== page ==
Who Can Have Eggs Freezing?

Egg freezing, or oocyte cryopreservation, is a medical operation in which a woman's eggs are extracted, frozen, and stored for possible future use. It enables women to protect their fertility, usually when their eggs are of better quality, and utilize them in assisted reproductive technologies, i.e., IVF, later in life or in the presence of health conditions or treatments that may affect fertility.

Egg freezing is an option for:

       Patients suffering illnesses or undergoing medical procedures that could damage fertility, such as cancer patients,

       Women who want to address age-related concerns by preserving their fertility while they are younger

       Before undergoing treatments to declare their gender, people transitioning their gender may decide to freeze their eggs.

       Those who want to donate their eggs for use in reproductive treatments are known as donors for fertility treatments.

       Women who wish to delay childbearing for social or lifestyle reasons

What Age Range Can Egg Freezing Be Performed?

Egg freezing can be done at several different ages, but it's most effective in a woman's 20s and early 30s. So it can be said that the appropriate age for egg freezing is around 20 to 30. Efficacy may decrease in the late 30's and early 40s, and then it becomes less effective. Individual circumstances and medical conditions may have an impact on the timing.

For Whom Is Egg Freezing Risky?


Egg freezing may be more risky or less effective for older women, women with certain medical conditions or treatments, women with limited time, and women with individual health factors . Risks of egg freezing include no guarantee of future pregnancy success, potential egg quality issues, cost, rare medical complications, and emotional stress. A consultation with a specialist is important for a personal evaluation of individuals who are in risk groups for egg freezing.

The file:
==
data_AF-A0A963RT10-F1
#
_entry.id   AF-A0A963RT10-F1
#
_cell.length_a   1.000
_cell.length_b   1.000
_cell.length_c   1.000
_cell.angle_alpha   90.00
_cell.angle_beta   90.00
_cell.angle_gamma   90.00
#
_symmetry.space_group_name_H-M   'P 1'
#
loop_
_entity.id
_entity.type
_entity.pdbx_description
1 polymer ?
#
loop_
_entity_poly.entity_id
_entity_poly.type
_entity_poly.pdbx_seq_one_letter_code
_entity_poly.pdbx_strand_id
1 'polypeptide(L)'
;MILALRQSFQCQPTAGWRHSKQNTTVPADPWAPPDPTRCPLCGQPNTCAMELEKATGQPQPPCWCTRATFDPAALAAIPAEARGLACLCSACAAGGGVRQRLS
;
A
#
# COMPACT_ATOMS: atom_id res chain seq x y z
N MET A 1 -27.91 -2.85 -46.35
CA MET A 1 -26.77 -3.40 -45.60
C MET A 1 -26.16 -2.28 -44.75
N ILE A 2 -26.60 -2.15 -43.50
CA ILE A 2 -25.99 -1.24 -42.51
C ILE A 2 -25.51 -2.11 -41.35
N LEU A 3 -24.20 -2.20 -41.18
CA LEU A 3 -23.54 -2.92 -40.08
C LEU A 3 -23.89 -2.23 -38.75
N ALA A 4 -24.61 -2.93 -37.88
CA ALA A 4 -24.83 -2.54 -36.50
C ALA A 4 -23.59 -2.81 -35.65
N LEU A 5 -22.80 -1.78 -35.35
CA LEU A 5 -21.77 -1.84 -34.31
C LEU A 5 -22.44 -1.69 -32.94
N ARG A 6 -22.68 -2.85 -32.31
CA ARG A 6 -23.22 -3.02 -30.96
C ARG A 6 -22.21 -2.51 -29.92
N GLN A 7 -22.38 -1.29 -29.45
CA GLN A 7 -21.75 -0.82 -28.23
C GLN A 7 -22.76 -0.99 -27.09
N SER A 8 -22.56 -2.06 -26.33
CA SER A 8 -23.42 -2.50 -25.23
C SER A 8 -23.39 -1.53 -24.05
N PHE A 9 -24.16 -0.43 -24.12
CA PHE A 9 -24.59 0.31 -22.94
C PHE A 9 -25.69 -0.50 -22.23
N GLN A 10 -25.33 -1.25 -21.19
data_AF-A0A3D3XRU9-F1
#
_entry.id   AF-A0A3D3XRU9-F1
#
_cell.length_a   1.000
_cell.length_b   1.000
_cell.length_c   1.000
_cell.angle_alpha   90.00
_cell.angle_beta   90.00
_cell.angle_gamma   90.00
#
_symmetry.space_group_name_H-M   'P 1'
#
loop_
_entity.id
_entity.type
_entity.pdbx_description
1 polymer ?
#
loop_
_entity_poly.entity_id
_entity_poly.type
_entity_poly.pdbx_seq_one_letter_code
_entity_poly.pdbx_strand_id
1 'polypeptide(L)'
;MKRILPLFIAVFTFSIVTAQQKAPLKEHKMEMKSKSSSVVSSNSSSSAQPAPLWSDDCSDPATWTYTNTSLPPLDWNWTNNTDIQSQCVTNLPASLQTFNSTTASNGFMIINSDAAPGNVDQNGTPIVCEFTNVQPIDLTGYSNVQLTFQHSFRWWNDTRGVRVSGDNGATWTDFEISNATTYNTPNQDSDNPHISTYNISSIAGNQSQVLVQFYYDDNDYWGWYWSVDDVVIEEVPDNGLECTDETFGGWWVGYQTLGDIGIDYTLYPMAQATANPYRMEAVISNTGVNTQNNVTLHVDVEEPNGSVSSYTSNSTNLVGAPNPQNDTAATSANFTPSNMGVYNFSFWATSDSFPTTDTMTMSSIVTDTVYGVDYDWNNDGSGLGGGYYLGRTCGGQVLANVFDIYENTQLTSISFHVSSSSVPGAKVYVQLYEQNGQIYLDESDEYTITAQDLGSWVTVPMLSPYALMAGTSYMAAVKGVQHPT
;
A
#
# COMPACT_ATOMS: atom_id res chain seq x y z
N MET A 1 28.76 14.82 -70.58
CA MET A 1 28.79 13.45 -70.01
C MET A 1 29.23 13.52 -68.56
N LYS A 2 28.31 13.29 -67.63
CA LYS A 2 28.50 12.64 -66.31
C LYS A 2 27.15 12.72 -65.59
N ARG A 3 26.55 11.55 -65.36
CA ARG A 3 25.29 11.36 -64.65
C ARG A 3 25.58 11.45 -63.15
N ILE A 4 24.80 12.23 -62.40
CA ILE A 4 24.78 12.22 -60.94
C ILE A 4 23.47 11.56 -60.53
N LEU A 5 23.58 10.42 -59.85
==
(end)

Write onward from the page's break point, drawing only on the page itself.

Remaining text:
Which tests should be performed before egg freezing?

Before someone undergoes egg freezing, medical professionals usually suggest various tests and evaluations to assess a person's fertility and overall health. Some of the tests for egg freezing may include:

       Ovarian reserve assessment: These tests examine the quantity and quality of the woman's eggs that are still present. Blood tests to check hormone levels, such as AMH, FSH, and estradiol, and transvaginal ultrasound to count antral follicles are typical tests used to assess ovarian reserve.

       Screening for infectious diseases: Testing for HIV, Hepatitis B and C, and other infections may be required to ensure the safety of the egg freezing process.


       Screening for genetic disorders: Some people might require genetic testing to detect any genetic issues or carrier status that could impact their future offspring.

       Health history and physical examination: Reviewing the medical history and conducting a physical exam can identify any underlying health issues that may affect fertility or the process of freezing eggs.

       Gynecological examination: A gynecological examination can be performed to assess the health of the reproductive organs and any structural problems.

      These tests assist in clarifying whether egg freezing is the right option for an individual and provide important information for customizing the egg freezing protocol. It's important to seek the advice of a fertility specialist to determine which tests are necessary based on your personal circumstances.

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